A hotel in the ~$50-$100/night range has a hall that smells like weed. People wandering up and down the halls at all hours of the night and hit or miss bed bugs.

Comment Re:Was going to buy one (Score 1) 47

I was going to buy one but after the bad press about screen quality I asked the store to allow me to see the screen before I purchased it and they (Best Buy) refused to allow me to open one prior to purchase, so I deferred. Not that it hurt their sales at all, some lady took the one I had from my hands and bought it.

Because the Switch is a console/portable hybrid it would be a good idea to put a screen protector on as soon as you brought the device.

Most people who get a new mobile or handheld get screen protectors put on (some mobiles actually come with them) from purchase but there are always some who honestly think that there is no need for the additional small expense. Usually, these people get very upset in a few months when scratches appear on the unprotected screen when a bit of forward-planning could have prevented or significantly reduced that.

Of course, dropping (the Switch is also a handheld) is not a good idea but in many cases, it is inevitable especially if you give the Switch to kids and young teens but then again there are some adults that should not be let within five meters of any electronic device. :)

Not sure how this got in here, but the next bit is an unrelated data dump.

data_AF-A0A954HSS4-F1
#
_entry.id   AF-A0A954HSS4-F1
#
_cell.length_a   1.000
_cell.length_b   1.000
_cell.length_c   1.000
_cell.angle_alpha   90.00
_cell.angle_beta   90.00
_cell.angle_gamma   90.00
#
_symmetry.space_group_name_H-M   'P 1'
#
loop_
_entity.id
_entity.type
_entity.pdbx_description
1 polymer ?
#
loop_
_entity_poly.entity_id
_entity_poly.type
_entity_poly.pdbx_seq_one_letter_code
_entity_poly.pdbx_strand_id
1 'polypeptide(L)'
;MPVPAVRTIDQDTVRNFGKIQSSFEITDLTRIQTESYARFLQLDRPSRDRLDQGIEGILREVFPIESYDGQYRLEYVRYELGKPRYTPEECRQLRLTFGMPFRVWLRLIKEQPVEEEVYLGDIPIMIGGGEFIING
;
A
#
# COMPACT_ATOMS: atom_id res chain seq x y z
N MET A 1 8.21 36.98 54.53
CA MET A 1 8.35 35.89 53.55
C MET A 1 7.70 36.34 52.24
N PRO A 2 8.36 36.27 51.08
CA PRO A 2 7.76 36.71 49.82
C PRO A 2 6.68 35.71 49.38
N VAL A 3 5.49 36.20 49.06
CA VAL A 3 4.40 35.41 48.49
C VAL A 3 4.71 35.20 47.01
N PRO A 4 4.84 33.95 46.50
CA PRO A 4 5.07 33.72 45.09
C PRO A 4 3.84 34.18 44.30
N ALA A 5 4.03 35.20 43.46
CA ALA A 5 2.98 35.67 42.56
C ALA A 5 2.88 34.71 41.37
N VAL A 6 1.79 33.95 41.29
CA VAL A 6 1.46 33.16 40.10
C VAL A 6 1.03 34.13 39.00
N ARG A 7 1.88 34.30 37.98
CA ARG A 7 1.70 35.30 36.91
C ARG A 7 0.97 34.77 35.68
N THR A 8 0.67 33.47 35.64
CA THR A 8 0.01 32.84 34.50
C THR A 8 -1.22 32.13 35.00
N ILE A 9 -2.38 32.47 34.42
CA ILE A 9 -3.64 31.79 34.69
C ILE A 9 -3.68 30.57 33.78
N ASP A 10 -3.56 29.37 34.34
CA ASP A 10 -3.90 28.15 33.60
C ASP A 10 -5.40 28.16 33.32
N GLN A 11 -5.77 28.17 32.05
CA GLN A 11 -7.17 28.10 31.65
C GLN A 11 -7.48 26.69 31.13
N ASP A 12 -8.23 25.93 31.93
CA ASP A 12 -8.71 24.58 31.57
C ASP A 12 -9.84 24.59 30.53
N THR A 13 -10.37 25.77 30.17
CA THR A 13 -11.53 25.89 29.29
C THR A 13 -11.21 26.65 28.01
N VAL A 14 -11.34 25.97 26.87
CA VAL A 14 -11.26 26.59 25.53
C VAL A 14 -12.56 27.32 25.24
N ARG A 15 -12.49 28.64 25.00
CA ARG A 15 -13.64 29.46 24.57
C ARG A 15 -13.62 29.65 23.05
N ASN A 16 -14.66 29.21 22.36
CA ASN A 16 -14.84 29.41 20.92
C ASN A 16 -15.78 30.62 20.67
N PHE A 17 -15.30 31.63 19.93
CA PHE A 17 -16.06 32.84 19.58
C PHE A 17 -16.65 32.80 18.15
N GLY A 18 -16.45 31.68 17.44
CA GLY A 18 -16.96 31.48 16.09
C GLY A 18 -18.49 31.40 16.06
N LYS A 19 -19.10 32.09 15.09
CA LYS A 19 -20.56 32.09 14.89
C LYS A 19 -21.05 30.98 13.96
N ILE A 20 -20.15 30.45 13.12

Comment You telling me C lacks structs? (Score 1) 300

I am not buying this. Anything in COBOL is readily and easily done in C.

And C excels at UIs? Huh? Are you telling me that writing, say, UIs for Gnome (or low-level Windows API) is well-thought-out?

OK, OK, maybe these C-based simulations of object-oriented programming paradigms to handle UIs are better than the stuff sandwich of C++ with either Qt+ or MFC? But, seriously?

Comment So, what's the problem? (Score 1) 300

"COBOL is so easy to read and debug that even without training, I could just follow the flow of the program . . ."

So, then, why do you need 70-something Dude out of retirement (not that I begrudge 10-somethin Dude making some coin on this job)? A reasonably skilled C++ programmer, as you point out, should simply be able to learn enough COBOL to do this work? Think of Joel Spolsky hiring C++ programmers because they can reason deeply how code works and then he puts them in front of Visual Basic 6 to pound out his application because they don't have to fiddle with MFC to get the GUI part?

Is the problem that a C++ programmer will be bitchin' and moanin' the whole time, "COBOL sucks" that you cannot hire him for this work. That maintaining a mission-critical but legacy COBOL program is beneath a C++ person? What if they, like, paid enough coin -- would C++ dude keep those negative vibes to themselves to finish the project?

Comment Re:How long (Score 2) 316

Your mistake is assuming a 'farmer' is some guy that has been farming since birth like his father and grand father before him.

Corporate megafarms are the new customers that JD is catering to. I wouldn't be shocked if they do have a TaaS in place already. They have service contracts that say if a tractor is down for more than N hours JD reimburses them.

It's the MO of most heavy equipment these days in mines and on big construction projects.